When Did New York Abolish Slavery?

644 words | 3 page(s)

The year 1827 marked a significant turnaround to the issue of slavery in the state of New York (Kruger, 1985). Understandingly, various social ills that are associated with slavery had taken a toll on the American community during the earlier decades. Bearing in mind that slavery was regarded as a great pillar of the economy of the United States, making the activity illegal was a significant step that should be celebrated. Personally, I think the abolishment of slavery in the New York was one of the issues that head great implications to the American history.

First, the abolition of slave trade proved that the United States was on the right course of ensuring that human rights are apprehended. Slavery is associated with various ills such as torture and forced labor that are against human rights. Despite the fact that there some states that supported the role of slavery in the economy of the country, the decision by the New York state to make the activity illegal was an excellent choice. Importantly, the rationale proved that the state was ready to protect human dignity at the expense of individual economic gains that were seemingly the compelling factors that spearheaded the ill (Gellman, 2006).

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Second, the abolishment of slavery in New York also justified that the state was on the right course towards the development of other initiatives that could be implemented to ensure that the economy of the state is maintained (Gellman, 2006). For instance, the decision marked a significant turnaround that provided a foundational platform for enhancing industrial activities. It became evidently clear that industrialization is a better off regarding supporting the economic growth of the state and the US as a whole in contrast to slavery. Thus, other than ensuring that all the residents of New York are treated equally, the abolishment of slavery in New York also created a new dimension for the development of other techniques of developing the economy of the United States (Kruger, 1985).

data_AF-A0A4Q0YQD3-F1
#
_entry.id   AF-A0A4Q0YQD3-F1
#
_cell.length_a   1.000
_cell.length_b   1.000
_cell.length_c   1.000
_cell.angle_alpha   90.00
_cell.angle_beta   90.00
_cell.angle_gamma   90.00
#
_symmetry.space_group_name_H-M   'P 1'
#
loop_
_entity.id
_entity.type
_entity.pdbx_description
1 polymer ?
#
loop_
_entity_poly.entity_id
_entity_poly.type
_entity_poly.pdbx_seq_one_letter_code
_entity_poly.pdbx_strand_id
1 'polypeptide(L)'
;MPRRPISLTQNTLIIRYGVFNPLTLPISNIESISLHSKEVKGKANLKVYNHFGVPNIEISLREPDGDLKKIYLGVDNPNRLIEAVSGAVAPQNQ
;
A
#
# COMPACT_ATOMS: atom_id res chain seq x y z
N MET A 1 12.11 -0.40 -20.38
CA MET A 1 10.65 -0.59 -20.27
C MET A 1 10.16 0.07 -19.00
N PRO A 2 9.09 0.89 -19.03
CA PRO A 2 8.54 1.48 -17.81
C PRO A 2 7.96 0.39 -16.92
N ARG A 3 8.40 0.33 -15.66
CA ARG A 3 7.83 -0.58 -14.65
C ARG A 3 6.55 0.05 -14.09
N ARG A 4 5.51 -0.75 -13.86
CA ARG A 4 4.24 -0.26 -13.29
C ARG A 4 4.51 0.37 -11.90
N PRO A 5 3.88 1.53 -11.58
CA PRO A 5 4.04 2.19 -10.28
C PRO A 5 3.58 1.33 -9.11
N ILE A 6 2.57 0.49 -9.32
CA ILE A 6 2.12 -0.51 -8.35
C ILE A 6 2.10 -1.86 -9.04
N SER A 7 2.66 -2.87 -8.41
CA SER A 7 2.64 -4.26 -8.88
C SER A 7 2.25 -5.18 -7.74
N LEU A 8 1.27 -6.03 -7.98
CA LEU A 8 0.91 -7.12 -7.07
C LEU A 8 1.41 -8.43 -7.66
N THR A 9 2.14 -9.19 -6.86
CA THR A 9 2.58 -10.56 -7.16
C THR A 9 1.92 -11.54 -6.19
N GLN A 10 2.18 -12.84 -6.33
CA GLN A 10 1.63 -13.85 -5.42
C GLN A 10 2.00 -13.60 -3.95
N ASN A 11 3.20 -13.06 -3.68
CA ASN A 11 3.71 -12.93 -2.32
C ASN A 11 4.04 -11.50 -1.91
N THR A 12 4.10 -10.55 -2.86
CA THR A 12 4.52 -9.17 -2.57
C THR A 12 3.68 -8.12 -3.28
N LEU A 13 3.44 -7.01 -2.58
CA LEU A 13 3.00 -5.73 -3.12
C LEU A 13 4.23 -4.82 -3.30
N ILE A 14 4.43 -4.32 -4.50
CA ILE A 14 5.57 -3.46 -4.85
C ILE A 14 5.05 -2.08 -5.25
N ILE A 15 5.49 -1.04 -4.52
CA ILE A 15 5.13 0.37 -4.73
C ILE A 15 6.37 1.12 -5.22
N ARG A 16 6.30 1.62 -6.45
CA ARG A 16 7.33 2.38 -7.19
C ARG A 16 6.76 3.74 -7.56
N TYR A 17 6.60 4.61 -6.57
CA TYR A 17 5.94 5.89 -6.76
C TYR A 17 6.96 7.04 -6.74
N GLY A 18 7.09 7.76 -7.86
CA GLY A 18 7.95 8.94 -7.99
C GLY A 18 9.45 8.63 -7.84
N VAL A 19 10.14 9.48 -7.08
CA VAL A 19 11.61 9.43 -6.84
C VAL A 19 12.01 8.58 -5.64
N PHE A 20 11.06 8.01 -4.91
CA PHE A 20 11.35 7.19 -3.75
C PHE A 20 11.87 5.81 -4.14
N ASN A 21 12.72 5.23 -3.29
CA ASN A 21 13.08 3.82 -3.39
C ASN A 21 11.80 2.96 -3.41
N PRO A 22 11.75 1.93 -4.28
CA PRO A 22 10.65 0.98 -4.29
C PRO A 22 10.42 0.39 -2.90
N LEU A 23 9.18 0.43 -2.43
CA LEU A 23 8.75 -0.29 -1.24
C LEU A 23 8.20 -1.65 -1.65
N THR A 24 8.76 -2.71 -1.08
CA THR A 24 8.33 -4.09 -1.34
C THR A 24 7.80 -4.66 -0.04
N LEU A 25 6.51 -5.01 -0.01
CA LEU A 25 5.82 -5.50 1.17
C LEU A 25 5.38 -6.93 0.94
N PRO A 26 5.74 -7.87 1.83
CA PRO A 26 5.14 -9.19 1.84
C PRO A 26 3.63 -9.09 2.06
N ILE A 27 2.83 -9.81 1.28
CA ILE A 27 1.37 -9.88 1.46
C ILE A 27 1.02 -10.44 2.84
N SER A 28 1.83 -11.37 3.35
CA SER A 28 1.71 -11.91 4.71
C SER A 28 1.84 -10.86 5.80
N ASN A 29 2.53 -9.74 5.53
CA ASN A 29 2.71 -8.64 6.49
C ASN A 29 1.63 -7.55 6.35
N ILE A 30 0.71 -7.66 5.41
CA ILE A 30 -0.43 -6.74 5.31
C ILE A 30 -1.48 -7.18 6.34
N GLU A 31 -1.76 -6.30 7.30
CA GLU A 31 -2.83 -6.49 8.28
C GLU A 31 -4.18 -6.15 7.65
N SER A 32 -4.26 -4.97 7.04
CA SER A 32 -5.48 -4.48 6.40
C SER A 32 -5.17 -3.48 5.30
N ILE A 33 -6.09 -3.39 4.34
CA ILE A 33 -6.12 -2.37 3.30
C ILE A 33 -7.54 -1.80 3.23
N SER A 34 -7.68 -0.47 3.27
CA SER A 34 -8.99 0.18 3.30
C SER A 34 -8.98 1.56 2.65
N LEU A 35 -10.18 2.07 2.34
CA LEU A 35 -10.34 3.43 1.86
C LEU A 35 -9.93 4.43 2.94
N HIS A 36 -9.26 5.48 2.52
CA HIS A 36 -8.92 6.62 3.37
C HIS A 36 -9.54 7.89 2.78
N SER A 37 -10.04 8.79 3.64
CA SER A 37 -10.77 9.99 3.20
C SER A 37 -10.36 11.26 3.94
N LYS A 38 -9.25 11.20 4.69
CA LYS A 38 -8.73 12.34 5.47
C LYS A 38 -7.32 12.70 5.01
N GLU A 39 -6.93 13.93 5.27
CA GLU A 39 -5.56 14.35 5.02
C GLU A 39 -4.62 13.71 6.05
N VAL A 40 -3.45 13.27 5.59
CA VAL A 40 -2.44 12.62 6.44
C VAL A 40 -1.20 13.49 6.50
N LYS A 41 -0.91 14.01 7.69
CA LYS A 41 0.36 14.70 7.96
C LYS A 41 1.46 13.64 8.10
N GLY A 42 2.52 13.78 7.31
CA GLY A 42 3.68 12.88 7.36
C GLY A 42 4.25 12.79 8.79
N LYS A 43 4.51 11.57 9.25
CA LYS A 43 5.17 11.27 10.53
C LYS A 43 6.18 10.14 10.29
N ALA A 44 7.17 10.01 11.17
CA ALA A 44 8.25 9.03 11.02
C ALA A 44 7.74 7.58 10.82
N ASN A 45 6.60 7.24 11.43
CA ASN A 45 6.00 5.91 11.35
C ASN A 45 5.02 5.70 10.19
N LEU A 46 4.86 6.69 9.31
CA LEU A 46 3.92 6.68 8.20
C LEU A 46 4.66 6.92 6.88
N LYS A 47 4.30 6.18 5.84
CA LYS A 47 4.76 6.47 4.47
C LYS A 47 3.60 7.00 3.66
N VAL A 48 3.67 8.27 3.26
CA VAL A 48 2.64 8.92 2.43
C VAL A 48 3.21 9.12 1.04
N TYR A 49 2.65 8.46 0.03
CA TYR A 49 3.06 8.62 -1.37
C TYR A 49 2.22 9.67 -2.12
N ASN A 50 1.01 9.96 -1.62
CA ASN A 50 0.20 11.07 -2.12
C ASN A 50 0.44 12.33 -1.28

I also find the abolishment of slavery in the city of New York as a great decision that affected the history of the United States positively because it enhanced peace and stability between the state and other states across the US. Notably, there were a series of ongoing conflicts between different states in the US on whether slavery was okay or not (Gellman, 2006). The controversies went a state further to an extent where some states wanted to detach themselves from the federal government leading to conflicts of interests and even wars. Thus, whereas peace is amongst the prime focus that the federal government of the US is struggling to address, it is equally important to appreciate the decision by New York State to ban slavery.

Finally, it is also worth to note that the abolishment of slavery in the city of New York back in 1827 was also vital because it provided a foundational platform for other states that were still exercising the ill to give up with the practice (Kruger, 1985). Importantly, it became evidently clear that it is important to respect human lives and enhance equality and peace in the American community. As a matter of fact, the decision by the state of New York went in handy with the enhancement of cohesion between the US and other world countries such as Africa that had undergone pain and suffering because of slavery. Thus, despite the fact the decision was arrived at by a single state at that time, it proved to be a significant progress in the long run. World countries that were affected found a new reason to conduct their activities with the federal government of the United States and the American people at large (Gellman, 2006).

  • Gellman, David Nathaniel. Emancipating New York: The Politics of Slavery and Freedom, 1777-1827. LSU Press, 2006.
  • Kruger, Vivienne L. Born to Run: The slave family in early New York, 1626-1827. Diss. Columbia University, 1985.

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